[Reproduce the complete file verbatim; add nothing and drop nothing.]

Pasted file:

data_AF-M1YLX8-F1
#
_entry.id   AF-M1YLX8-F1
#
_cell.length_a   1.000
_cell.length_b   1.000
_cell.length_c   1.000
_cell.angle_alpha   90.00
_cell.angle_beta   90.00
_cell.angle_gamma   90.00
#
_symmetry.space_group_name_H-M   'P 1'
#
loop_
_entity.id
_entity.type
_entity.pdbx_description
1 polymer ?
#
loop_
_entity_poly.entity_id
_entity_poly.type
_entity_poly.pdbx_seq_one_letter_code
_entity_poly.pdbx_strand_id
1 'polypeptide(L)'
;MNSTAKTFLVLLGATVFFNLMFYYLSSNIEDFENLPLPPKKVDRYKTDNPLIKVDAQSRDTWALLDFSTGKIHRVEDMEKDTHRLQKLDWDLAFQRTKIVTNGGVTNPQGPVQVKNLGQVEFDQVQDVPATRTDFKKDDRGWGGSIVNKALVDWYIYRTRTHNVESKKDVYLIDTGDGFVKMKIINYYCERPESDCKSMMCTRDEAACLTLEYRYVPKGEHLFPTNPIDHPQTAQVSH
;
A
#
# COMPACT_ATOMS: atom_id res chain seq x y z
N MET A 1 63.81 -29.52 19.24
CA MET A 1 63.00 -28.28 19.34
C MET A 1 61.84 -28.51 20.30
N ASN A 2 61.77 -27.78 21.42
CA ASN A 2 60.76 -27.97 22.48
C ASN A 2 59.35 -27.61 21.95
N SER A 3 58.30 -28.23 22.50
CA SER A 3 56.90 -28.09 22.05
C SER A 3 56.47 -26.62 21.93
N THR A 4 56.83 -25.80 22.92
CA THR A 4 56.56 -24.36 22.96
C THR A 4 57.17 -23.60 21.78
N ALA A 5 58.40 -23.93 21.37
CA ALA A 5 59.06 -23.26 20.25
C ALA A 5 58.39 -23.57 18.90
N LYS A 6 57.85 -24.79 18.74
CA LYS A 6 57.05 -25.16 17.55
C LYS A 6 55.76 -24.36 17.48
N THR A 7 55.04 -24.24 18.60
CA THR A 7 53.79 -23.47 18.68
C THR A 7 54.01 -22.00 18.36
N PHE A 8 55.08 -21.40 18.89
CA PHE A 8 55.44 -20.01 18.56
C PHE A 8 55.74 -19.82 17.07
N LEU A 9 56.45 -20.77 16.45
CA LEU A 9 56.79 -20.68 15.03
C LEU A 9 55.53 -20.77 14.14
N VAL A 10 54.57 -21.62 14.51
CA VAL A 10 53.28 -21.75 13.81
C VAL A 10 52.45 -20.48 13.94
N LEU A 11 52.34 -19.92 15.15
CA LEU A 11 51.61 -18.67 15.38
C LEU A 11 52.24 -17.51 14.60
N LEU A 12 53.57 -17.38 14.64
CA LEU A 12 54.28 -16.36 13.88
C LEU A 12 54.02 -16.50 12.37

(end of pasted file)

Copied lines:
data_AF-M1YLX8-F1
#
_entry.id   AF-M1YLX8-F1
#
_cell.length_a   1.000
_cell.length_b   1.000
_cell.length_c   1.000
_cell.angle_alpha   90.00
_cell.angle_beta   90.00
_cell.angle_gamma   90.00
#
_symmetry.space_group_name_H-M   'P 1'
#
loop_
_entity.id
_entity.type
_entity.pdbx_description
1 polymer ?
#
loop_
_entity_poly.entity_id
_entity_poly.type
_entity_poly.pdbx_seq_one_letter_code
_entity_poly.pdbx_strand_id
1 'polypeptide(L)'
;MNSTAKTFLVLLGATVFFNLMFYYLSSNIEDFENLPLPPKKVDRYKTDNPLIKVDAQSRDTWALLDFSTGKIHRVEDMEKDTHRLQKLDWDLAFQRTKIVTNGGVTNPQGPVQVKNLGQVEFDQVQDVPATRTDFKKDDRGWGGSIVNKALVDWYIYRTRTHNVESKKDVYLIDTGDGFVKMKIINYYCERPESDCKSMMCTRDEAACLTLEYRYVPKGEHLFPTNPIDHPQTAQVSH
;
A
#
# COMPACT_ATOMS: atom_id res chain seq x y z
N MET A 1 63.81 -29.52 19.24
CA MET A 1 63.00 -28.28 19.34
C MET A 1 61.84 -28.51 20.30
N ASN A 2 61.77 -27.78 21.42
CA ASN A 2 60.76 -27.97 22.48
C ASN A 2 59.35 -27.61 21.95
N SER A 3 58.30 -28.23 22.50
CA SER A 3 56.90 -28.09 22.05
C SER A 3 56.47 -26.62 21.93
N THR A 4 56.83 -25.80 22.92
CA THR A 4 56.56 -24.36 22.96
C THR A 4 57.17 -23.60 21.78
N ALA A 5 58.40 -23.93 21.37
CA ALA A 5 59.06 -23.26 20.25
C ALA A 5 58.39 -23.57 18.90
N LYS A 6 57.85 -24.79 18.74
CA LYS A 6 57.05 -25.16 17.55
C LYS A 6 55.76 -24.36 17.48
N THR A 7 55.04 -24.24 18.60
CA THR A 7 53.79 -23.47 18.68
C THR A 7 54.01 -22.00 18.36
N PHE A 8 55.08 -21.40 18.89
CA PHE A 8 55.44 -20.01 18.56
C PHE A 8 55.74 -19.82 17.07
N LEU A 9 56.45 -20.77 16.45
CA LEU A 9 56.79 -20.68 15.03
C LEU A 9 55.53 -20.77 14.14
N VAL A 10 54.57 -21.62 14.51
CA VAL A 10 53.28 -21.75 13.81
C VAL A 10 52.45 -20.48 13.94
N LEU A 11 52.34 -19.92 15.15
CA LEU A 11 51.61 -18.67 15.38
C LEU A 11 52.24 -17.51 14.60
N LEU A 12 53.57 -17.38 14.64
CA LEU A 12 54.28 -16.36 13.88
C LEU A 12 54.02 -16.50 12.37